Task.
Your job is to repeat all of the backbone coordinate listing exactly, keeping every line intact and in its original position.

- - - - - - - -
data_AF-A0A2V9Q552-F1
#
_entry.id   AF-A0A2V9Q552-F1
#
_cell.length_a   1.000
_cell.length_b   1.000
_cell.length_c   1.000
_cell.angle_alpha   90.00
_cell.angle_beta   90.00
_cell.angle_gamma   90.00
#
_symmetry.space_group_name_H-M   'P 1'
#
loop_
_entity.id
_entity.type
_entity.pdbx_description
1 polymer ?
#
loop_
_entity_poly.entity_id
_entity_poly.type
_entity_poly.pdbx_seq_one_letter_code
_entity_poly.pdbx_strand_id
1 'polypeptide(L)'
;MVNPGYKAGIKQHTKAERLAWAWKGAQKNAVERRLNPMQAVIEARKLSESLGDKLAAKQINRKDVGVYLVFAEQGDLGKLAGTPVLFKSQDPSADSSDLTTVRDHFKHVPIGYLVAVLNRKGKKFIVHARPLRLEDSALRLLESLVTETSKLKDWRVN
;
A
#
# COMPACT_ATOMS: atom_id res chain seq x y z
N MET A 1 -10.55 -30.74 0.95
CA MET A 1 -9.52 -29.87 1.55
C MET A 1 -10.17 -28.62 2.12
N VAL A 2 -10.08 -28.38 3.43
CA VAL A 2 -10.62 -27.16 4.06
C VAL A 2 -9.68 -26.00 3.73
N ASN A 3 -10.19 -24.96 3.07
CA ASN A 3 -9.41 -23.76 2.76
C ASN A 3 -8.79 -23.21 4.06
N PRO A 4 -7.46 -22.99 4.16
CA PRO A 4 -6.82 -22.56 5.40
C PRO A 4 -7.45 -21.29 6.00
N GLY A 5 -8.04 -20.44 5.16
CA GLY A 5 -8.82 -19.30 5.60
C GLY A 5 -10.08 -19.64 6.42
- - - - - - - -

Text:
data_AF-A0A2V9Q552-F1
#
_entry.id   AF-A0A2V9Q552-F1
#
_cell.length_a   1.000
_cell.length_b   1.000
_cell.length_c   1.000
_cell.angle_alpha   90.00
_cell.angle_beta   90.00
_cell.angle_gamma   90.00
#
_symmetry.space_group_name_H-M   'P 1'
#
loop_
_entity.id
_entity.type
_entity.pdbx_description
1 polymer ?
#
loop_
_entity_poly.entity_id
_entity_poly.type
_entity_poly.pdbx_seq_one_letter_code
_entity_poly.pdbx_strand_id
1 'polypeptide(L)'
;MVNPGYKAGIKQHTKAERLAWAWKGAQKNAVERRLNPMQAVIEARKLSESLGDKLAAKQINRKDVGVYLVFAEQGDLGKLAGTPVLFKSQDPSADSSDLTTVRDHFKHVPIGYLVAVLNRKGKKFIVHARPLRLEDSALRLLESLVTETSKLKDWRVN
;
A
#
# COMPACT_ATOMS: atom_id res chain seq x y z
N MET A 1 -10.55 -30.74 0.95
CA MET A 1 -9.52 -29.87 1.55
C MET A 1 -10.17 -28.62 2.12
N VAL A 2 -10.08 -28.38 3.43
CA VAL A 2 -10.62 -27.16 4.06
C VAL A 2 -9.68 -26.00 3.73
N ASN A 3 -10.19 -24.96 3.07
CA ASN A 3 -9.41 -23.76 2.76
C ASN A 3 -8.79 -23.21 4.06
N PRO A 4 -7.46 -22.99 4.16
CA PRO A 4 -6.82 -22.56 5.40
C PRO A 4 -7.45 -21.29 6.00
N GLY A 5 -8.04 -20.44 5.16
CA GLY A 5 -8.82 -19.30 5.60
C GLY A 5 -10.08 -19.64 6.42